‘Can I ask you a question about Curt Flood?” Nationals outfielder Jayson Werth, who hasn’t been talking much lately, was leaving the clubhouse and en route to wherever he’ll spend the All-Star break. But he stopped and looked upward like folks do, as if hard-to-recall facts are written on ceilings.
Not exactly. But close enough.
Flood didn’t knock down the door — that recognition goes to pitchers Andy Messersmith and Dave McNally — but he cleared the path by challenging baseball’s reserve clause that bound a player to a team in perpetuity. The 12-year veteran had won seven Gold Gloves and made three All-Star appearances when St. Louis traded him to Philadelphia in 1969, prompting a lawsuit that ended, in defeat, at the Supreme Court.
HBO offers a closer look at this landmark figure in “The Curious Case of Curt Flood,” which debuts Wednesday at 9 p.m. Though many might want to watch “The Espys” instead, the Flood documentary is definitely worth 90 minutes of time from anyone interested in sports or the cause of workers’ rights.
“Every player in every team sport owes a debt of gratitude to Curt Flood,” HBO Sports president Ross Greenburg said in a release. “His life story is a very complex character study. His battle to win free agency and have the right to choose where to work is an inspiring story. He is one of the giants in the history of sports but has largely been forgotten.”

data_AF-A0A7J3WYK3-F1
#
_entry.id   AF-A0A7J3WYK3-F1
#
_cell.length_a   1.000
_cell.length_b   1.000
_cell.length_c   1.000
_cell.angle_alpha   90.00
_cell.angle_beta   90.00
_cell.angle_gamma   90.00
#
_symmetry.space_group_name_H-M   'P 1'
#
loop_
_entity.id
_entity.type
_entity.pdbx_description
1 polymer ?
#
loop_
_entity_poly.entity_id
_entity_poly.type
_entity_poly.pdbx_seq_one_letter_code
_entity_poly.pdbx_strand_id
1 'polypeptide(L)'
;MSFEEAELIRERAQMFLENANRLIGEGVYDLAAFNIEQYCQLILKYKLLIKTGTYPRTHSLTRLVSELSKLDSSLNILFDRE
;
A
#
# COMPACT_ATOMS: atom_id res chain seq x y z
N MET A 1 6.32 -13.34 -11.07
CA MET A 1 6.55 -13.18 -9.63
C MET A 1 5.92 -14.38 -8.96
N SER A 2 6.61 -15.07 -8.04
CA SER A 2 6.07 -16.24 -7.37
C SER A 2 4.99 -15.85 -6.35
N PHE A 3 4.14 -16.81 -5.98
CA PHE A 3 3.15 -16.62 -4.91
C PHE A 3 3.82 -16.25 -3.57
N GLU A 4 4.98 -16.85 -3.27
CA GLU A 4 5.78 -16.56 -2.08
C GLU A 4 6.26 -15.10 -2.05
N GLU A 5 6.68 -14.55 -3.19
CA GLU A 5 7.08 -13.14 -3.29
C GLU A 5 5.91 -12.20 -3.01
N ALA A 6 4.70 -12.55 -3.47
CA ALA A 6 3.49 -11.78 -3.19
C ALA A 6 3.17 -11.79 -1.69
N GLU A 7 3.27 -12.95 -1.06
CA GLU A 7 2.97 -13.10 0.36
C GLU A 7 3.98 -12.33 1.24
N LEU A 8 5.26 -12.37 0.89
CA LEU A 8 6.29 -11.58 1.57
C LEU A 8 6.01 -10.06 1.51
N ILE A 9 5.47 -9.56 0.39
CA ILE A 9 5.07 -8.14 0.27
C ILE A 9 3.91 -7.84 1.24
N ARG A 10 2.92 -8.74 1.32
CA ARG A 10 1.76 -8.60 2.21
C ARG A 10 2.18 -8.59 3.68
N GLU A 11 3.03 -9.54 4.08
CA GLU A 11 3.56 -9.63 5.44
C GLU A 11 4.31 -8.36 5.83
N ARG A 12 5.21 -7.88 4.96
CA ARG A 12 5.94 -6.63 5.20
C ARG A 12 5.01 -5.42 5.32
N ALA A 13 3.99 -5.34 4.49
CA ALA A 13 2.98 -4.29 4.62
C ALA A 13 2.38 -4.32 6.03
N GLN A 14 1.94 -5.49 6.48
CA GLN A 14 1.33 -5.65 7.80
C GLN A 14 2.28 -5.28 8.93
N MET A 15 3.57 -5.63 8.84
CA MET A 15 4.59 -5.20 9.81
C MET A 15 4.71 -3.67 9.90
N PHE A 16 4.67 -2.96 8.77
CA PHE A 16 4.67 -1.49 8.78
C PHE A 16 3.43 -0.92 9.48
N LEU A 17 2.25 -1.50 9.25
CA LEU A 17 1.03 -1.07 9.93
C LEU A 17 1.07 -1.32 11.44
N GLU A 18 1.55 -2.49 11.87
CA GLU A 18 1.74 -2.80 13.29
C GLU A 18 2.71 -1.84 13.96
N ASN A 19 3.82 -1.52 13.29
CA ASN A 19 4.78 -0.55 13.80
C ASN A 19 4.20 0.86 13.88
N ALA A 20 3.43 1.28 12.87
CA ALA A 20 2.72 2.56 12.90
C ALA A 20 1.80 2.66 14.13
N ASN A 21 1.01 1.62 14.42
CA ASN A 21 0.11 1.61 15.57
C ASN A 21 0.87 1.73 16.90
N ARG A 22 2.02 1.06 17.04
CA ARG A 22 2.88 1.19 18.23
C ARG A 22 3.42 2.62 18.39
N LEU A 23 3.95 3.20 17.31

“He said [Flood] went through a lot and essentially sacrificed his career so guys today can have what we have,” said Werth, who eventually signed with Washington for $126 million. “Guys like me really benefited, and he means a lot.”
Most of Werth’s teammates I asked had never heard of Flood, or were unaware of his historic role. Utilityman Jerry Hairston Jr. was the lone exception, responding quickly when asked if he knew. “Absolutely. I heard about him growing up while my dad played,” Hairston said. “[Flood‘s] stance on free agency changed the game.”
The center fielder had played in three World Series with the Cardinals and his career was flourishing when his contract expired and he was traded to Philadelphia — one of the NL’s worst teams. He sat out the 1970 season while his lawsuit worked through the courts. Union chief Marvin Miller was grateful for a man willing to challenge the iron-clad policy that enabled owners to treat players like property.
“Or sold for cash … literally sold for cash,” Miller says in the film. “The one difference between outright slavery and what you found is that a ball player could quit. Or course, if he did, he could not play professional baseball anywhere.”
Flood suffered tremendous upheaval in his personal life during the trial, leaving his family, roaming Europe, drinking heavily and falling into debt. His daughter Shelly Flood says her dad was tormented by the ordeal.
“When he came back to the United States he was beat up spiritually and emotionally,” she said in a phone interview. “His whole inner-self was damaged and it took years of his own personal combat against life to recuperate.”
Flood signed with the Washington Senators in 1971 but played only 13 games before quitting. He clearly wasn’t the same player anymore, unable to get around on fastballs or make as many plays in the field.